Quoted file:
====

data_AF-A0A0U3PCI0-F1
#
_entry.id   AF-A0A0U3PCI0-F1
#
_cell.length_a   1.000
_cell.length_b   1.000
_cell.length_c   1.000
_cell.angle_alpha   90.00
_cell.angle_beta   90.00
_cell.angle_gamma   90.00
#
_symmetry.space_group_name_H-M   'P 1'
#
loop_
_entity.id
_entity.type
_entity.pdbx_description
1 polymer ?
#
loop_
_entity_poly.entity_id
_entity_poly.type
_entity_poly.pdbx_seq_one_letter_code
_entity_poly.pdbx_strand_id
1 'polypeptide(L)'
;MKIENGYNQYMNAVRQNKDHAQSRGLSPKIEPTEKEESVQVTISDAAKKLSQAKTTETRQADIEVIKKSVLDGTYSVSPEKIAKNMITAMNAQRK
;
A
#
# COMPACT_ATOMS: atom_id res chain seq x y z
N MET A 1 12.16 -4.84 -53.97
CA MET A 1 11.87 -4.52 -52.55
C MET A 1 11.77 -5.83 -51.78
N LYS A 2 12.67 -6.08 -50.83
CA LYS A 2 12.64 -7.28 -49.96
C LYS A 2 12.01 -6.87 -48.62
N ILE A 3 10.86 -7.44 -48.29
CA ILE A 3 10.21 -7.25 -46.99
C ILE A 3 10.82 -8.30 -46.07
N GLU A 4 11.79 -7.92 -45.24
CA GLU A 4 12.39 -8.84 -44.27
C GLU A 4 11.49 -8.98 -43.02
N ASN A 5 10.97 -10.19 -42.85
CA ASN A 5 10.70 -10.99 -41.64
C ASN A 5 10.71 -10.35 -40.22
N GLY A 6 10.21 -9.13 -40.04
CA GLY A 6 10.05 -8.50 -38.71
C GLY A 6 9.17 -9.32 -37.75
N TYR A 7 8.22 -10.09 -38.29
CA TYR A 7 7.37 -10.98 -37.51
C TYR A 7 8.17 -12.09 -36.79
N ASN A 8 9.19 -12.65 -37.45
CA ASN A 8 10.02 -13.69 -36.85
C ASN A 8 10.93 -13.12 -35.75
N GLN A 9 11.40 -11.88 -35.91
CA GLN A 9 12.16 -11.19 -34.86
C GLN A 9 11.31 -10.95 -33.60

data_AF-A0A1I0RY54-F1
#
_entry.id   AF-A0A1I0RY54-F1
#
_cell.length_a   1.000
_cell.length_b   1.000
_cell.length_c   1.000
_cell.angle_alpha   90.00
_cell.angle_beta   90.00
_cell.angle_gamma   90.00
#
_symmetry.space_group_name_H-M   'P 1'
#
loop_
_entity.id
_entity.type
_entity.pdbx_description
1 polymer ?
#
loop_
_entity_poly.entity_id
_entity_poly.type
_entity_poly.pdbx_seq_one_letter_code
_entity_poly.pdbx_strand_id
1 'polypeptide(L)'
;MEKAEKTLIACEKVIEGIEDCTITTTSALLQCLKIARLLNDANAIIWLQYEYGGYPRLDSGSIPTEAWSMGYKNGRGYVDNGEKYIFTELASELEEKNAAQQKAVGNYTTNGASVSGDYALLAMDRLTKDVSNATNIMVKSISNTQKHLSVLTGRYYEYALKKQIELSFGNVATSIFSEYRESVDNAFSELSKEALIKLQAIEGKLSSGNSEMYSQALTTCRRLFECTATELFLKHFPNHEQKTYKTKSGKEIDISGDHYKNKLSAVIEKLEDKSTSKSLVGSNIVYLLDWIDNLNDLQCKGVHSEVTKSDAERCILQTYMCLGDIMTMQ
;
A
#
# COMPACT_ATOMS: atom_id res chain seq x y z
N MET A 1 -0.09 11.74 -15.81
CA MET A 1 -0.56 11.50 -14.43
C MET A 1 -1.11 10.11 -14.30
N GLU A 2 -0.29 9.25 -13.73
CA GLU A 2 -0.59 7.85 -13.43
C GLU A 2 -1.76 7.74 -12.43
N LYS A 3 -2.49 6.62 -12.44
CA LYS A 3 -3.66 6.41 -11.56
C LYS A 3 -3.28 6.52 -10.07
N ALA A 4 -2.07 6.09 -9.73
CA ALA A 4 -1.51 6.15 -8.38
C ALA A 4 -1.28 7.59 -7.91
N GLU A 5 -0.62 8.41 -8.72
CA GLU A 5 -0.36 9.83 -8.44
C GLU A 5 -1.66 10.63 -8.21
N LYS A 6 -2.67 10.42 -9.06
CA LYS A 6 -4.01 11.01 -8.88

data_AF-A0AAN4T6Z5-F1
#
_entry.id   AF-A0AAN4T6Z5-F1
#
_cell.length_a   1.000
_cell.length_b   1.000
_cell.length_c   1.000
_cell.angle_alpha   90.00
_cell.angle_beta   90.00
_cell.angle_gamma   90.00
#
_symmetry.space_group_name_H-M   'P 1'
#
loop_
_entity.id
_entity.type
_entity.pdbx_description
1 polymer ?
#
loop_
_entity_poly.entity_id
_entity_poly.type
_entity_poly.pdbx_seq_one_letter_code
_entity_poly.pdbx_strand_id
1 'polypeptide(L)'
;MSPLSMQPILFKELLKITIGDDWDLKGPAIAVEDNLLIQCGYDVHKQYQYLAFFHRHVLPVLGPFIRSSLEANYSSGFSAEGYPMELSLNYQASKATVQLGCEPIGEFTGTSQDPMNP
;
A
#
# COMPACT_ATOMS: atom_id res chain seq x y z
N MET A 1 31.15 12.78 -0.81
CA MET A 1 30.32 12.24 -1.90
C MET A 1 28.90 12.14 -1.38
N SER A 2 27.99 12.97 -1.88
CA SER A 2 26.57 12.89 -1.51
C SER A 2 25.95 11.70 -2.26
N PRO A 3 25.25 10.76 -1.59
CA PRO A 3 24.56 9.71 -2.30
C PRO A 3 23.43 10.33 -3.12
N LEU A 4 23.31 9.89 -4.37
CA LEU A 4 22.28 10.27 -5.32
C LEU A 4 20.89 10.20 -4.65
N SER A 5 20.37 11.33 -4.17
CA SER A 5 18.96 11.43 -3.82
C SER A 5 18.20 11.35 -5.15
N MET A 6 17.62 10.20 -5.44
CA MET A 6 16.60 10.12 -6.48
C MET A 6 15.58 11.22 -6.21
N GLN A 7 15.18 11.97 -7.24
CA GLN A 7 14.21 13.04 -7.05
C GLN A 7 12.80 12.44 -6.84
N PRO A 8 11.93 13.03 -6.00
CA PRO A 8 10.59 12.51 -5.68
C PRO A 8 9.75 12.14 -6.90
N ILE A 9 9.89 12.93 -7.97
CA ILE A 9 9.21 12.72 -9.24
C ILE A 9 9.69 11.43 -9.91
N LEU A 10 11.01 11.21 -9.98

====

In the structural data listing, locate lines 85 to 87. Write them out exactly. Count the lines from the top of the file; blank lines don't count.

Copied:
A
#
# COMPACT_ATOMS: atom_id res chain seq x y z